Sponseller, Paul D. MD*; Shah, Suken A. MD†; Abel, Mark F. MD‡; Sucato, Daniel MD§; Newton, Peter O. MD¶; Shufflebarger, Harry MD∥; Lenke, Lawrence G. MD**; Letko, Lynn MD††; Betz, Randal MD‡‡; Marks, Michelle MA, PT¶; Bastrom, Tracey MA¶; The Harms Study Group
Study Design. Retrospective review.
Objective. To evaluate the differences in intraoperative factors and postoperative results between pediatric patients with cerebral palsy (CP) treated with unit rods and those treated with custom-bent rods.
Summary of Background Data. No prior study has directly compared unit and custom-bent rods for CP.
Methods. We retrospectively analyzed the clinical and radiographic data of 157 children with CP who underwent posterior spinal fusion. Of those 157, we treated 79 with unit rods and 78 with custom-bent rods. Minimum follow-up was 2 years.
Results. Intraoperatively, unit rod surgeries were associated with significantly shorter mean surgical time (339 and 379 minutes, respectively; P = 0.04), longer mean intensive care unit stay (4 vs. 3 days, respectively; P = 0.001), and longer mean hospital stay (14 vs. 13 days; P = 0.006) than custom-bent rod procedures. The mean estimated blood loss was higher for unit rods (2124 vs. 1885 mL, respectively), but not significantly so. After surgery, unit rod surgeries were associated with significantly more mean pelvic obliquity correction (74% vs. 22%, respectively; P = 0.002), more mean clinically apparent implant prominence at 2-year follow-up (12 vs. 2 instances; P = 0.03; most were proximal), and a higher mean infection rate (15% vs. 5%, respectively; P = 0.03). There were no significant differences in final major Cobb correction, curves with an apex above or below T10, implant-related reoperations, or neurologic complications. The only factor that was statistically correlated with the overall complication rate for both groups was absolute curve magnitude (P = 0.04).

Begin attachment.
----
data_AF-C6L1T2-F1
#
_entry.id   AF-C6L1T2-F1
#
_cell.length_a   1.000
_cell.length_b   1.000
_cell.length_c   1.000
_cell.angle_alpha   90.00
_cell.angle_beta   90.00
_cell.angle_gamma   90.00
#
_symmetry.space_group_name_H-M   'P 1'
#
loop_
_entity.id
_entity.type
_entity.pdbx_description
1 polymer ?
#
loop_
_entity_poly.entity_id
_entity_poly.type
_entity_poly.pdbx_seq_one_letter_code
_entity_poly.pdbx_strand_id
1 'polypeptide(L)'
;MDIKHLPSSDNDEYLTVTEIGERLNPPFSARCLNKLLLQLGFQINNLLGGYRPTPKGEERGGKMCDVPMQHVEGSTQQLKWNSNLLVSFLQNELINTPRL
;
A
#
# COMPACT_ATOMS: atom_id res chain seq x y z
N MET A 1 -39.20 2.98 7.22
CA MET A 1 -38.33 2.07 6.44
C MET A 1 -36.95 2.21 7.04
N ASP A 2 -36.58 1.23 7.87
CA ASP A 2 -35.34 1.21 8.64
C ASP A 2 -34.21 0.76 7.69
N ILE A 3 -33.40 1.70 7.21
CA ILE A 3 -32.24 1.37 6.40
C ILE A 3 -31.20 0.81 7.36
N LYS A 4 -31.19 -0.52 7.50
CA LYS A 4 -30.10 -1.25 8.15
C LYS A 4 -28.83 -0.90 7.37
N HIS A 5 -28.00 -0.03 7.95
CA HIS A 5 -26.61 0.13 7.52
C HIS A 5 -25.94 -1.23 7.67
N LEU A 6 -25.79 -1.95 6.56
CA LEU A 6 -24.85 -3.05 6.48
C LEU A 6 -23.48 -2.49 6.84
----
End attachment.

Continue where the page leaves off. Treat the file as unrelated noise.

Conclusion. Compared with custom-bent rods, unit rods provided superior correction of pelvic obliquity but were associated with higher transfusion requirements, higher infection rates, more proximal fixation problems, and longer intensive care unit and hospital stays.
Click on the button below to view the full publication:Full Publications
Spine: 15 April 2009 – Volume 34 – Issue 8 – pp 840-844